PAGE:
I am of course well aware that as a footballer you cannot have an opinion on everything. But then dive into the current topic so you develop an opinion. We now know much more about what is happening in the world around us. You cannot therefore say: China is far away, so what happens to the Uyghurs there, I have nothing to do with it.

‘When I played football in Russia, I sometimes went to the streets to demonstrate against the regime.’

I sometimes ask football players who play in Russia why they don’t speak out against the war in Ukraine. We must live here, they say. Yes of course, but are you happy with yourself if you keep quiet? No, they say. Then say something, I think. If you don’t dare to do it alone, do it together. In Russia, sport is clearly part of politics. It is an instrument that the regime uses to exert influence and present itself in a good light’.

You are very open about this World Cup, have you been in your career?

‘Yes. When I played football in Russia (in the 2009-2010 season in FK Saturn, ed.), I therefore sometimes went to the streets to demonstrate against the regime. It was insane then, and it’s only gotten worse since then. My club didn’t know but I had a lot of friends doing this at the time and I joined them.’

Does the war in Ukraine make sports less important to you?

‘Yes of course. In recent months I have mainly worked in Ukraine, for example by receiving refugees and sending ambulances. For this, we work together with the Respiratory Foundation. I have now found a certain way to be able to do my work at VVCS well, but certainly in the beginning I worked day and night with Ukraine.

I now understand much better that everything is relative. When someone invades your country and starts killing people there for no reason, you realize how far we are from the ideal world and how precious human life is. I cannot believe that there are parents in Russia who want their son to go to the front without any experience. Why? What does your son give his life for?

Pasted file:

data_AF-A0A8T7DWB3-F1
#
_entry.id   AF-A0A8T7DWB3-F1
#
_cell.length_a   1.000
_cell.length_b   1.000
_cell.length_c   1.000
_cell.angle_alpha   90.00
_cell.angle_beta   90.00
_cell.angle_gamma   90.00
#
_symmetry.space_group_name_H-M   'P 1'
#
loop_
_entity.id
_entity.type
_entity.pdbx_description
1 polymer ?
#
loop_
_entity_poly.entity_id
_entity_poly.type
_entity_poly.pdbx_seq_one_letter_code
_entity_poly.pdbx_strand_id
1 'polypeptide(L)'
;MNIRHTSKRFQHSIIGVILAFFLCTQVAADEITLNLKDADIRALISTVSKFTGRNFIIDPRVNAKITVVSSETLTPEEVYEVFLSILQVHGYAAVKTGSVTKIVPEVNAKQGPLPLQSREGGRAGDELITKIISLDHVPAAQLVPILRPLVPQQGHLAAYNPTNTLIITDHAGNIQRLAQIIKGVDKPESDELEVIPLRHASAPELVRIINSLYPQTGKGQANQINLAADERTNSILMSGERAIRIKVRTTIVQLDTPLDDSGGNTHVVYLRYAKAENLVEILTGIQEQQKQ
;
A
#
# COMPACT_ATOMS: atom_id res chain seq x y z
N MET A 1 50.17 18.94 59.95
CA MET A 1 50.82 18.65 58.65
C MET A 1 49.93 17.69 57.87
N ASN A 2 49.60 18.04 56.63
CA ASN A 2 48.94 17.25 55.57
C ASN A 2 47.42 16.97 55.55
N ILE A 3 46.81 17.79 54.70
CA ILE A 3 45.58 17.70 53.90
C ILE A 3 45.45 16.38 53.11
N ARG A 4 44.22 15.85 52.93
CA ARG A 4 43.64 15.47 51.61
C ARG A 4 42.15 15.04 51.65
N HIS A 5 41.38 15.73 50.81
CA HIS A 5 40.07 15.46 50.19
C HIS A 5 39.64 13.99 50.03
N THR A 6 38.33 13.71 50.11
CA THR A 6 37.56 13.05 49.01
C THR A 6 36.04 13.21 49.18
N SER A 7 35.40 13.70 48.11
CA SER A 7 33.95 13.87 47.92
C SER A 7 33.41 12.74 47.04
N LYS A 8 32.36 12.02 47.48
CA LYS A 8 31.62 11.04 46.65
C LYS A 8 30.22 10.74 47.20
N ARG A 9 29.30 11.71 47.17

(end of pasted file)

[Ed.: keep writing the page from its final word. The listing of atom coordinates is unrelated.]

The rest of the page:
Do they really believe he will do it for his country instead of a maniac who always wants more? Why do so many Russians accept this? Sure, the public has been brainwashed by the propaganda for years, but who thinks to go to war against people you called your brothers a few months before? I simply don’t understand it’.

Have you considered fighting yourself?

“Certainly at the beginning of the war. I want to defend my country. In 2014, by the way, I might have had even more. I still feel sometimes that I have to fight, but when I am sober, I know that I can achieve much more in the position I’m in now. I have many contacts and can be a voice for Ukraine here. That’s also what soldiers at the front say to me. It gives me a lot of support.’

Evgeniy Levchenko

Evgeniy Levchenko (44), abbreviated Lev, played almost his entire football career in the Netherlands. In 1996, he made his debut in the Eredivisie with Vitesse, but he played the most matches for Sparta Rotterdam and FC Groningen. He also played in Russia and Australia. He played eight times for the national team of Ukraine. In 2014 he retired as a professional footballer and since 1 July 2019 he has been chairman of the Association of Contract Players (VVCS), a trade union for professional footballers. “We are the voice of the players. We help players if they have problems with the club, but we also make sure they can get training through the VVCS Academy so they don’t end up in a black hole after their career. It’s over faster than you think.’